Saturday, October 14, 2006


I am in the treetop house -- wobble-glass windows of an old Victorian, a house that used to belong to the town dentist in 1863. He had the exterior painted black back then -- a bit foreboding. I wonder how many of his patients had come for gold.

This top floor of the house was the servants' quarters. I'm sure they knew -- quietly and with hope -- that they had the sweetest nook of the house: window-fulls of hills and the peak of Mt. Tam. I wonder whether the weather patterns of San Francisco were different back then -- the hills much more barren, stretches of raging wild fires. Perhaps they were up here because of a heat that no one else chose to bear. Curious too that in this home they were servants, and across the country there were still slaves.

Did the people here have views of such an issue or did distance breed a sense of irrelevance? I wonder what it is, in my 2006 home, that I am turning the same blind eye to. I'd like to know and face it full view.
Houses are a funny thing. They are a member of the family and then suddenly one day are not. They cease to contain all your living clutter and then fill with another's -- and yet, even so, the door jams remain the same, the height of the ceilings, the soft arches into the living room, the addition your parents put on the kitchen and the remodeled attic they designed in pencil at the dining room table. These continuing elements are what make houses haunting, eerie, are how they can make you ache in your chest.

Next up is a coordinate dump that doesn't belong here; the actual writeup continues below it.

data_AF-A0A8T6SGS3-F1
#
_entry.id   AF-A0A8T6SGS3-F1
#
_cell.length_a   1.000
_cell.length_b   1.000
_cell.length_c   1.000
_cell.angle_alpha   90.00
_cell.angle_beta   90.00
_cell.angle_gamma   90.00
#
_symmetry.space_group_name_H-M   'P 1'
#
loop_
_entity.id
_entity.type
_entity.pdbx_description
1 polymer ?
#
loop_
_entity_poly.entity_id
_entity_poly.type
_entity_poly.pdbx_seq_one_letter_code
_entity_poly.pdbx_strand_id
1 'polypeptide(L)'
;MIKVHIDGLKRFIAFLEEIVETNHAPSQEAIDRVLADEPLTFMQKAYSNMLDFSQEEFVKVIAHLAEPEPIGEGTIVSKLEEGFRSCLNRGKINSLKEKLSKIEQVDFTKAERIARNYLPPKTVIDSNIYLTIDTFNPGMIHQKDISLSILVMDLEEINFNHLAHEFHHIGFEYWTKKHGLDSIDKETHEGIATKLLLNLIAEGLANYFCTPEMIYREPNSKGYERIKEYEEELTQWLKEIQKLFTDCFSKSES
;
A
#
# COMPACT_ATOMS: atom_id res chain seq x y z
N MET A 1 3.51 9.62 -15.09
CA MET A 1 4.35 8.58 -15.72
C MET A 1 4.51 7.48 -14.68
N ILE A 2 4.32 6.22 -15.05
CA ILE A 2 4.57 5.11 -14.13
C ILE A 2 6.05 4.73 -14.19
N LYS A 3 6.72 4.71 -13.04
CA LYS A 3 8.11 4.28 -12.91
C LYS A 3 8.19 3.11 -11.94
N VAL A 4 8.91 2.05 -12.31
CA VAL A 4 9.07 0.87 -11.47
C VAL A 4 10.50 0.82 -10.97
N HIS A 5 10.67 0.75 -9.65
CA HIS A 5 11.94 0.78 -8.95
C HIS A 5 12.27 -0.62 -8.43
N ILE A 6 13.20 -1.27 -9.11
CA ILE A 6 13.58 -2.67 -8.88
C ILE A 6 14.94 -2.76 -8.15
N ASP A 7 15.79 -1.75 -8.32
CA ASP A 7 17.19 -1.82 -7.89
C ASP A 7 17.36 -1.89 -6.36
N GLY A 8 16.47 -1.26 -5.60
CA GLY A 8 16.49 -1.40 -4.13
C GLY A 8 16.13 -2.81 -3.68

When I was 16, we moved out of my childhood home. I slept on the 10x14 foot concrete front stoop with two girlfriends the night before strangers moved in. I knocked on the door and came back to visit the next year -- out striped valances were still in the sun room, our brick-orange tile on the kitchen floor.

Then yesterday, 13 years later, a childhood friend called to tell me her mother, a nursery school teacher, was invited to a 4 year old's birthday party. His address: 4400 Q St. So today she celebrated another child on my childhood patio and tried to peek in the windows. I wish I could have gone too, just to smell the shaggy pine that grew in a line up the backside of the house and to see fallen magnolia leaves resting on the stoop like yellow leather boats.

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